General David-Maurice-Joseph Mathieu de Saint-Maurice
Born: February 20, 1768
Place of Birth: Saint-Affrique, Aveyron, France
Died: March 1, 1833
Place of Death: Paris, France
Arc de Triomphe: MCE MATHIEU on the west pillar
The son of a protestant doctor, David-Maurice-Joseph Mathieu de Saint-Maurice was just a child when his mother remarried to Louis Bernard de Saint-Affrique who would one day serve in the National Convention during the Revolution. Mathieu de Saint-Maurice joined the army in 1783, serving with the Dutch East Indies Company. In 1786 he continued to serve in the Indies but entered the service of France and was commissioned as a sous-lieutenant. With the Revolution brewing at home, Mathieu de Saint-Maurice returned to France in 1789 and then became a major in the National Guard of Saint-Affrique.
In 1792 Mathieu de Saint-Maurice was placed with the 1st Dragoons and served under the orders of his uncle Colonel Muratel. That August he was promoted to capitaine, served in combat near Landau, and then became an aide-de-camp to his uncle Muratel when his uncle became a general. In 1793 Mathieu de Saint-Maurice served with the Army of the Moselle and became an aide-de-camp to General Chapsal. He continued to serve with the Army of the Moselle in 1794 until the army was reorganized that June, and then he served with the Army of the Sambre and Meuse. In June of 1795 Mathieu de Saint-Maurice received a promotion to chef de brigade and he was assigned to the Army of the Interior. At the end of the year he joined General Macdonald's staff and served with the Army of the North.
Continuing to serve on Macdonald's staff, Mathieu de Saint-Maurice followed that general to the Army of the Sambre and Meuse in 1797 and then the Army of Italy in 1798. In August of 1798 he seized Terracine from rebels and then in September he was promoted to général de brigade. December of 1798 was a busy month for Mathieu de Saint-Maurice as he seized Vignanello, Magliano, Otricoli, and Cavli before winning in battle at Ceprano and Garigliano. Continuing to fight, he served at Capua in January of 1799 where his right arm was broken by a shot of grapeshot. Afterwards he returned to France to look after his wound and a few months later he was promoted to général de division. Mathieu de Saint-Maurice's next major command came in December when he was ordered to command a corps at Brest. In May of 1800 he was ordered to command the 20th military division and then in November he joined the Army of the South and went on to serve in Naples.
By mid 1802 Mathieu de Saint Maurice had returned to France and he took command of the 11th military division at Bordeaux. In 1803 he assumed command of an infantry division that in 1805 would become the 2nd Division of Marshal Augereau's VII Corps. Serving throughout the campaign of 1805, that November Mathieu de Saint-Maurice took the surrender of General Jellachich at Feldkirch.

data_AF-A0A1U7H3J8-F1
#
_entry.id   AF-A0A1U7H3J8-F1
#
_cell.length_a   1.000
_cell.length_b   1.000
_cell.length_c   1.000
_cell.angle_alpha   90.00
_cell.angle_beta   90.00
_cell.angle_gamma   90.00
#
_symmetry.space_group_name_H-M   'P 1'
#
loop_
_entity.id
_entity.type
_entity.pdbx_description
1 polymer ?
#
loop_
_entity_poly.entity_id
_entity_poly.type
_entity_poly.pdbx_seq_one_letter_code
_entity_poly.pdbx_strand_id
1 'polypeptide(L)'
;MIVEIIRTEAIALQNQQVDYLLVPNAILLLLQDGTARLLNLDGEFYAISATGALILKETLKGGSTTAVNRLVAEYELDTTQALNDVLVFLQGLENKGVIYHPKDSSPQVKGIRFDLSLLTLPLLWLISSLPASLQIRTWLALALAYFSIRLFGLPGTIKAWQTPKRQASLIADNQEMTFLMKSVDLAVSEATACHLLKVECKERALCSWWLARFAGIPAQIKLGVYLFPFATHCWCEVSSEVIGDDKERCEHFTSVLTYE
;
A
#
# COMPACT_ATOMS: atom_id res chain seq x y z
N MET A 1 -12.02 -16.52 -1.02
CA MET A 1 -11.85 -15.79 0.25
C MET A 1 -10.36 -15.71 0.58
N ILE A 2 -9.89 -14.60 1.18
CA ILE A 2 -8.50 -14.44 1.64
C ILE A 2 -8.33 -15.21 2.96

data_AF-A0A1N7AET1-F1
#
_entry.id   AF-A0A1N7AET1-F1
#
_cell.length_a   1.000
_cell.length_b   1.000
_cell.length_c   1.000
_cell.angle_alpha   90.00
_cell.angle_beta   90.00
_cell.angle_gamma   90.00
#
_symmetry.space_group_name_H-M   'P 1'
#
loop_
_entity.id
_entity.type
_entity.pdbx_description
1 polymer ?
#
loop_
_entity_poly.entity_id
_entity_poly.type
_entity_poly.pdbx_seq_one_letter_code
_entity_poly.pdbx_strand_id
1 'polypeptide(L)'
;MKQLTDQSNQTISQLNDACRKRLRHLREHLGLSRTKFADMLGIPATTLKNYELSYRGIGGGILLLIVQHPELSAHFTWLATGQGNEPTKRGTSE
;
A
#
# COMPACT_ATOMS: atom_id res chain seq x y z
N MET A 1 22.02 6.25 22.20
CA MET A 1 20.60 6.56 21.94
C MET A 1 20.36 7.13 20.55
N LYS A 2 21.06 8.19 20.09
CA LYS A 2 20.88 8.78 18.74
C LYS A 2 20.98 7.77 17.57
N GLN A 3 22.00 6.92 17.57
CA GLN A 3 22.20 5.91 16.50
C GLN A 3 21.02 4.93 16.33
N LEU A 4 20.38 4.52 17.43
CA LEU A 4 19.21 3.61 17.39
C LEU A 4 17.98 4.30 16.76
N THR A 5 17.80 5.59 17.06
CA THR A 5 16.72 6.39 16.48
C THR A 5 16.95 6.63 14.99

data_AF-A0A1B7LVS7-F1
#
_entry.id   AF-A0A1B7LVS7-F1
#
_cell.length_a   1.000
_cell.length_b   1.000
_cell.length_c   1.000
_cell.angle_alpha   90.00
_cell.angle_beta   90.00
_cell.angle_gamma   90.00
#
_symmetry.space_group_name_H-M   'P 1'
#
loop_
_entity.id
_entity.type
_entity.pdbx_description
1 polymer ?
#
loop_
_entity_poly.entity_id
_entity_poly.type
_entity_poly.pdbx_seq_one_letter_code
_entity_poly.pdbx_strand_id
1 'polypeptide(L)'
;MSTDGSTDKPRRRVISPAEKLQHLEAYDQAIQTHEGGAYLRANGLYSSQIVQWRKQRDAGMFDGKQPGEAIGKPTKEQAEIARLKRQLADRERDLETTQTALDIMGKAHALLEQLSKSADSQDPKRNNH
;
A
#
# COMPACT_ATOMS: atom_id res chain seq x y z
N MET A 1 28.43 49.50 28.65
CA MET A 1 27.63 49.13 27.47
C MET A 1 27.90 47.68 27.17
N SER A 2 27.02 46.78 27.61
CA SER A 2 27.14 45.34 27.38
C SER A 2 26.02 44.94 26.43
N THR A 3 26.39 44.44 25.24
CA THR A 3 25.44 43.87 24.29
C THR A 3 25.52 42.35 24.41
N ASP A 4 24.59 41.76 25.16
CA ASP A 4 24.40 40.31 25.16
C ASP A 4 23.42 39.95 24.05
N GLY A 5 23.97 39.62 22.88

In 1806 General Mathieu de Saint-Maurice was sent to Naples and he passed to the service of Naples and King Joseph Bonaparte, Napoleon's brother. This assignment was probably due to his marriage to Honorine Thérèse Lejeans, a niece of Julie Clary, the wife of Joseph Bonaparte. In 1807 he was named a Knight of Iron Crown and in 1808 he was ordered to command Calabria and prepare an expedition to Sicily. When the French moved into Spain that year and Joseph Bonaparte was declared King of Spain, Mathieu de Saint Maurice went with him and took command of a division of III Corps. In October of 1808 he fought at Lérin and then the next month he fought at Tudela before taking command of a division in VI Corps and then winning at Buberica. However, he fell ill immediately after his victory and had no choice but to go on leave for six months.
In 1810 Mathieu de Saint-Maurice was named a Count of the Empire and he returned to duty in June when he joined the Army of Catalonia. That August he was named governor of Barcelona and Lower Catalonia, and then in 1811 he repulsed an attack at Montjuich and fought at Montserrat. Continuing to serve in Spain, in 1812 Mathieu de Saint-Maurice won at Altafulla and then in 1813 he took part in the relief of Tarragona. He returned to France with Joseph Bonaparte in 1814 and then took part in the defense of Paris before Napoleon's abdication.
With the Bourbon government having resumed power in 1814, Mathieu de Saint-Maurice was named inspector general of infantry of the 20th and 12th military divisions and a Knight of the Order of Military Merit. When in 1815 Napoleon escaped from Elba and resumed power for the Hundred Days, Napoleon placed Mathieu de Saint-Maurice in charge of the 10th military division at Toulouse. After Napoleon's second abdication, Mathieu de Saint-Maurice retired to his lands. He was named Count of La Redorte in 1817.
- Six, Georges. Dictionnaire Biographique des Généraux & Amiraux Français de la Révolution et de l'Empire (1792-1814). 2 vols. Paris: Gaston Saffroy, 2003.
Updated February 2015
© Nathan D. Jensen